Brook, 'A Dresden Romance'; Laura M. Lane (b.1846, d.1928); Not dated; XHH.3216....
Brook, 'A Dresden Romance'Maker
IllustratorAbout this object
This book was awarded to fifteen-year-old Florence Buckland as a Sunday school lesson prize from St Marks Church in Remuera, Auckland, in 1887.
During the 19th century, books like this one, were an important part of Victorian life during an era where there was no television, computers or radio. Books were a vital source of entertainment and provided hours of enjoyment. They were also important educational resources, especially for young girls who may have not had the opportunity to attend school. Little is known about Florence’s schooling other than that her family employed a governess for a short time and she attended Remuera Public School. (1) From 1883 to 1887 Florence attended Sunday school lessons at St Marks Anglican Church in Remuera, where her family went to service every Sunday.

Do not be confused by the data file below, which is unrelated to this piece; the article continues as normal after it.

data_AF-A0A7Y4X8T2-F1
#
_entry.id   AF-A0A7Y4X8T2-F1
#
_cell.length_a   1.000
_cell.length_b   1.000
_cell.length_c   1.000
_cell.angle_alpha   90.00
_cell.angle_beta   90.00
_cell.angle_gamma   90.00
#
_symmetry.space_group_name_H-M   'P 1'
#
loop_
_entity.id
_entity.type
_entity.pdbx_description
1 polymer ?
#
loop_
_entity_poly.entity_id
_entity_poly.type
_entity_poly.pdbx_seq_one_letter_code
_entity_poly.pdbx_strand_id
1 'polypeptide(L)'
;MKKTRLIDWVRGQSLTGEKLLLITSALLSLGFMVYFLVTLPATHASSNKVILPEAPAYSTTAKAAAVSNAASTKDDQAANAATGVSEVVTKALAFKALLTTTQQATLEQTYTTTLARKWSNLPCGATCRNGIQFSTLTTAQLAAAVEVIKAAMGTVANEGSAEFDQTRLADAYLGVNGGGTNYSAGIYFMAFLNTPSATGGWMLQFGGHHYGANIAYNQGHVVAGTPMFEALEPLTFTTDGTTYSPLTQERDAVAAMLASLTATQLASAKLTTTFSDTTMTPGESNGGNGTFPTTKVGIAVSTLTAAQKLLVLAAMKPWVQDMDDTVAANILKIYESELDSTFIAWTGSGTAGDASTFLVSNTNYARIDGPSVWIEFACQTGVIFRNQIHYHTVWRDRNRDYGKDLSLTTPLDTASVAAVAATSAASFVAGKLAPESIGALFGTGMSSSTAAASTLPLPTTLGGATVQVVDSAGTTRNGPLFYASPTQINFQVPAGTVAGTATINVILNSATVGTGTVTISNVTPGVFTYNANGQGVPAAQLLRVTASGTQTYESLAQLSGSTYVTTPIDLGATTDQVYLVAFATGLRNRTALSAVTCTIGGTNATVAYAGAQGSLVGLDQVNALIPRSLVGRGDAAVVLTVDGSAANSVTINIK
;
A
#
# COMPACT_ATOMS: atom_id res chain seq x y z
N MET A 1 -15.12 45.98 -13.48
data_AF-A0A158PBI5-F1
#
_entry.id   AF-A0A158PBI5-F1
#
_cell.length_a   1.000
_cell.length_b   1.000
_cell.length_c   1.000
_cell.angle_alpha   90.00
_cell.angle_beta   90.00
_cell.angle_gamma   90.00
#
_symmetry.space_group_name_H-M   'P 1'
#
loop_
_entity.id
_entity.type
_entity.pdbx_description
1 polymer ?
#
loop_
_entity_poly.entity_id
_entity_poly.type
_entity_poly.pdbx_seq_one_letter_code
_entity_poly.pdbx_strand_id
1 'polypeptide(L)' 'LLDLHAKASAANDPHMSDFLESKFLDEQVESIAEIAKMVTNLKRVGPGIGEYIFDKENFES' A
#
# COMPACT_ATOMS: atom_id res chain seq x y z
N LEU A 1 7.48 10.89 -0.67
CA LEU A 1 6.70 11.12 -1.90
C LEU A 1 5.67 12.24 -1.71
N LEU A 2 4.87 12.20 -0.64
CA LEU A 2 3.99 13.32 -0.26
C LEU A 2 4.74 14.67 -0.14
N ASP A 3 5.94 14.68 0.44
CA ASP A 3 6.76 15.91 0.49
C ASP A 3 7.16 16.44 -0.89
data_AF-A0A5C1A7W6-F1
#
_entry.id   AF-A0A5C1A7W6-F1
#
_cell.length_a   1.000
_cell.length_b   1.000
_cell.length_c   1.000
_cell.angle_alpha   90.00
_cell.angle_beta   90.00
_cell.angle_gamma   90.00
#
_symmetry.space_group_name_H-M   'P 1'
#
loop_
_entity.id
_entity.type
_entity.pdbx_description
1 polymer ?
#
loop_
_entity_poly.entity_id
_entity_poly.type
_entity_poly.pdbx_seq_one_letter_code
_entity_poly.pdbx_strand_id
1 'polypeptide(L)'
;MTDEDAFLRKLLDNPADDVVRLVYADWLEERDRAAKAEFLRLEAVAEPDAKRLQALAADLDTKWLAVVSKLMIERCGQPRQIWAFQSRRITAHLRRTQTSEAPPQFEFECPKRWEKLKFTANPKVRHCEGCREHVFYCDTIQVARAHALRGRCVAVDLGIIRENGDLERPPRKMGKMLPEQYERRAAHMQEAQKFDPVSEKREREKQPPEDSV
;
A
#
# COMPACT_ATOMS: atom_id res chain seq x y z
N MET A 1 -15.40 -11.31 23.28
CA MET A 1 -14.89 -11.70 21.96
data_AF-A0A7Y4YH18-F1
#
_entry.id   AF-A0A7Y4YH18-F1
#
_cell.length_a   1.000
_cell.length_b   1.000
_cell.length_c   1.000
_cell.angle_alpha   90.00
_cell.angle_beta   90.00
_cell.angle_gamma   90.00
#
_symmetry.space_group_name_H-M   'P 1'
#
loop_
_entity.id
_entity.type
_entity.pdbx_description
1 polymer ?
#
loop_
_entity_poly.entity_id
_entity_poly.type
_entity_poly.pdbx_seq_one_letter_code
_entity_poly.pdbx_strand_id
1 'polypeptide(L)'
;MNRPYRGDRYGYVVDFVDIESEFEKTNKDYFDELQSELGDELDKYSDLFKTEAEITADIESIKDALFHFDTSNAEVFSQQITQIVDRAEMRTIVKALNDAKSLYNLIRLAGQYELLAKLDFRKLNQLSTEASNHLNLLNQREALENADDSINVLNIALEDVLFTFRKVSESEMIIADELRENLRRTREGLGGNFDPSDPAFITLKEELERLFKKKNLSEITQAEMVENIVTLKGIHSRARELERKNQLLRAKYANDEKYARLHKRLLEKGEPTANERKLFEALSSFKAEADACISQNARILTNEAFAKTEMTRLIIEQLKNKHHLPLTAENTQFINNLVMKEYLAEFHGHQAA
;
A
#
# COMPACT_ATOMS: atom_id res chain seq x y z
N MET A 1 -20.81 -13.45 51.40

Florence was the daughter of Alfred Buckland, one of Auckland’s largest landowners and most successful agricultural businessmen. She was one of twenty-one children and had thirteen sisters and seven brothers. It is apparent that Florence was quite a prolific reader as can be seen by the amount of books she kept in her bedroom at Highwic, the Buckland family home. Some of these books were Sunday school prizes, others were acquired in the year of her marriage to Alfred Seccombe in 1896, and many were gifts from her sisters.
(1) New Zealand Historic Places Trust, ‘Highwic 1862,’ 2009, p. 15; Auckland Star, ‘Remuera Public School,’ 30 December 1891, p. 6.
For more information about the Buckland family and Highwic, which is cared for by Heritage New Zealand Pouhere Taonga, visit our website.
18.6 x 12.5 x 2.4cmDate Made
Not datedPlace Made
Society for Promoting Christian Knowledge (estab. 1698)Publication Date
Not datedPublication Place
London, EnglandSubject and Association Keywords
Collection of Highwic, Heritage New Zealand Pouhere TaongaObject Type
This object is from
Include tags such as place names, people, dates, events and colours. Use commas to separate multiple tags. e.g. Pablo Picasso, Madrid, red, 1930s.